HOUSTON, March 1, 2017 /PRNewswire/ -- The Welch Foundation, one of the nation's largest sources of private funding for
"Traditionally, we have chosen only one Hackerman Award recipient per year," said Charles W. Tate, Director and Chair, The Welch Foundation. "This year, however, we would have been remiss not to seize the opportunity to simultaneously recognize the extraordinary accomplishments of both Drs. Milliron and Alto."
The discoveries of Drs. Alto and Milliron are as diverse as they are significant. Alto's work has contributed significantly to the global fight against infectious disease, as microbial infections continue to be the leading cause of human mortality worldwide. Milliron is known as a leader in the field of semiconductor nanocrystals, defining a new research subfield in plasmonic oxide nanocrystals.
As an Associate Professor in the Department of Microbiology at The University of Texas Southwestern Medical Center in Dallas, Texas, Dr. Alto's research group notably discovered the make up of host-pathogen complexes. Host-pathogen interactions are the way microbes or viruses sustain themselves within host organisms on a molecular, cellular, organismal or population level. This important finding illuminated how pathogens attack human cells, causing disease, which has opened the door for the development of novel antimicrobials.
"Dr. Alto has emerged as an influential leader in the field of microbiology, molecular medicine and infectious diseases," said Peter B. Dervan, Chair, The Welch Foundation Scientific Advisory Board. "The impact of his research makes him an ideal recipient of the Hackerman Award. The breadth and depth of his work in microbial pathogenesis are exceptional."
Alto's studies have been featured in respected publications including Science, Nature, Cell, Molecular Cell and more. Previous awards received by Dr. Alto include the Merck Irving S. Sigal Memorial Award, the Faculty Scholar Award from the Howard Hughes Medical Institute and Simons Foundation, the Biomedical Collaboration Research Award from The Hartwell Foundation and he was designated an Investigator in the Pathogenesis of Infectious Disease by the Burroughs Wellcome Fund.
"Following the discovery of several new classes of bacterial enzymes, it came to light that these enzymes alter the structure and function of target host proteins through never-before observed chemical modifications," said Alto. "Importantly, this work has revealed new drug targets for the treatment of bacterial infectious diseases and has contributed more broadly to the scientific community by providing unique tools for studying basic cellular processes involved in autoinflammation and cancer."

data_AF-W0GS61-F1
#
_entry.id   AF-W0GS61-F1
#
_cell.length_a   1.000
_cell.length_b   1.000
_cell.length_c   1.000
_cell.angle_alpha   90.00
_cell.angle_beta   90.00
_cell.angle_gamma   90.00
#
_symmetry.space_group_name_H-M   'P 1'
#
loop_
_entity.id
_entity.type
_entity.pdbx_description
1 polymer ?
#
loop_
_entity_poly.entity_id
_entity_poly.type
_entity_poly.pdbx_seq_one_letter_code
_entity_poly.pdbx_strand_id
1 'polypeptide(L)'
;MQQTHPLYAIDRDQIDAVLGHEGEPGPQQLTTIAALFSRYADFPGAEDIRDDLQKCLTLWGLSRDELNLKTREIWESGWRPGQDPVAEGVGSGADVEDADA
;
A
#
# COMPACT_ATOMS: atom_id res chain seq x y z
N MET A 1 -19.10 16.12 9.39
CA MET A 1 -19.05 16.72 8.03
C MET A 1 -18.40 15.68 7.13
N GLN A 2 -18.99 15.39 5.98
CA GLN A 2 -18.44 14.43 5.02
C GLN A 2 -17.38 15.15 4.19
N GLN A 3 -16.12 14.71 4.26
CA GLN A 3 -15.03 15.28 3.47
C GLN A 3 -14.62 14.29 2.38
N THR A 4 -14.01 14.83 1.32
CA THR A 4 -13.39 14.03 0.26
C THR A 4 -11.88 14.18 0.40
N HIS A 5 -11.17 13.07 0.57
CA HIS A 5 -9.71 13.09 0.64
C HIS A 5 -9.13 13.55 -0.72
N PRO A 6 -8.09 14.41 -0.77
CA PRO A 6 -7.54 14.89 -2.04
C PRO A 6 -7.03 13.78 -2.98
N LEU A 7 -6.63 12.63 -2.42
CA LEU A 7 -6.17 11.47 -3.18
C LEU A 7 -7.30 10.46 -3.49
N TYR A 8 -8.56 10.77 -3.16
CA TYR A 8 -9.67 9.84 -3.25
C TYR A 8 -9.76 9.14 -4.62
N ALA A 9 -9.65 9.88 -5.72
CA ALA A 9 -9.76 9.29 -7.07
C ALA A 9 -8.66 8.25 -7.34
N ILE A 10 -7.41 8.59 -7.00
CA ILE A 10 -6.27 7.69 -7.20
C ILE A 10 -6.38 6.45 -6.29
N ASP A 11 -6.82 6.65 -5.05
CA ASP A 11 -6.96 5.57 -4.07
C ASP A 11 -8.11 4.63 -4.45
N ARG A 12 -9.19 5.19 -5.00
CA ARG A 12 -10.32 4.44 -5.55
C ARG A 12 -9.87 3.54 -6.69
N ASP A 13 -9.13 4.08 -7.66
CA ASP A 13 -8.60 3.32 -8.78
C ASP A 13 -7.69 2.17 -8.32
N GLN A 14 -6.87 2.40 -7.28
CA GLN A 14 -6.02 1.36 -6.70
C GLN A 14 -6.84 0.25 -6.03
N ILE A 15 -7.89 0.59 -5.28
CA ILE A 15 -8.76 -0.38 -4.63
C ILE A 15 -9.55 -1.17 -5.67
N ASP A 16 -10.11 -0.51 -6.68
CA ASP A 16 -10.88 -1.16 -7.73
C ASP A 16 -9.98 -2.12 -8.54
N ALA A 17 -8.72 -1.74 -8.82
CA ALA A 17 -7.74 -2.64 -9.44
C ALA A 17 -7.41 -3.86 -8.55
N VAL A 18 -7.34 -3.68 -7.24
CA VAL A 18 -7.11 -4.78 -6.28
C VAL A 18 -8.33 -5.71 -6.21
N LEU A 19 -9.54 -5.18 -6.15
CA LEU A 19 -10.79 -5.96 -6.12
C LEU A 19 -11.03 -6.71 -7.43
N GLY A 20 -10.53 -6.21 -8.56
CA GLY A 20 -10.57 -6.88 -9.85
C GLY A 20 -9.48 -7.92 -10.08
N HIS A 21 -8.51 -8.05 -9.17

Dr. Milliron is currently an Associate Professor in the McKetta Department of Chemical Engineering at The University of Texas at Austin. After receiving her PhD from the University of California, Berkeley, Milliron spent approximately four years as a researcher for IBM. Upon establishing her own lab at UT Austin, her industrial experience helped attract students and post-doctorates from diverse backgrounds including physics, engineering and synthetic chemistry. Her research led to the discovery of a dynamic infrared coating for windows, that can be manipulated through electrical conduction. The new coating has significant potential applications and Dr. Milliron has formed a company, dubbed Heliotrope, to commercialize this window coating and future iterations.
"Delia is responsible for discovering a new family of nanocrystals," said Dervan. "This, coupled with her ability to transfer fundamental discovery in an academic setting, to real-world applications, all within the span of a few years, has made her a stand-out in the chemical engineering world."
Milliron is currently an associate editor at one of the American Chemical Society's most prestigious journals, Nano Letters. Her work has been published in Nano Letters and in various other prominent publications including Nature, Nature Materials, Journal of the American Chemical Society and Proceedings of the National Academy of Sciences. Other awards she has received include a Sloan Research Fellowship, the Caltech Resnick Institute Resonate Award, two R&D 100 Awards including one for Universal Smart Windows and a Department of Energy Early Career Award.
"We began studying plasmonic metal oxide nanocrystals because of their potential to resolve the puzzle of how to separately control light and heat entering buildings as the sun shines through our windows," said Milliron. "As we have learned more, the rich chemistry and physics of these materials suggests additional possible applications in areas as diverse as catalysis and medical imaging."
The Norman Hackerman Award in Chemical Research was established by The Welch Foundation to honor Norman Hackerman, its Scientific Advisory Board chair from 1982 to 2006. The award recognizes the accomplishments of chemical scientists in Texas who are early in their careers. It is designed to encourage scientists who are embarking on careers dedicated to increasing our fundamental understanding of chemistry. Upon accepting the award, Drs. Alto and Milliron will each receive $100,000, as well as a stunning crystal sculpture to commemorate the occasion.
The Welch Foundation, based in Houston, is one of America's largest private funding sources for basic chemical research. Since 1954, the organization has contributed approximately $840 million to the advancement of chemistry through research grants, departmental programs, endowed chairs, and other special projects at educational institutions in Texas.
For more information on the Foundation and a list of previous Hackerman Award recipients, please visit www.welch1.org.
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SOURCE The Welch Foundation
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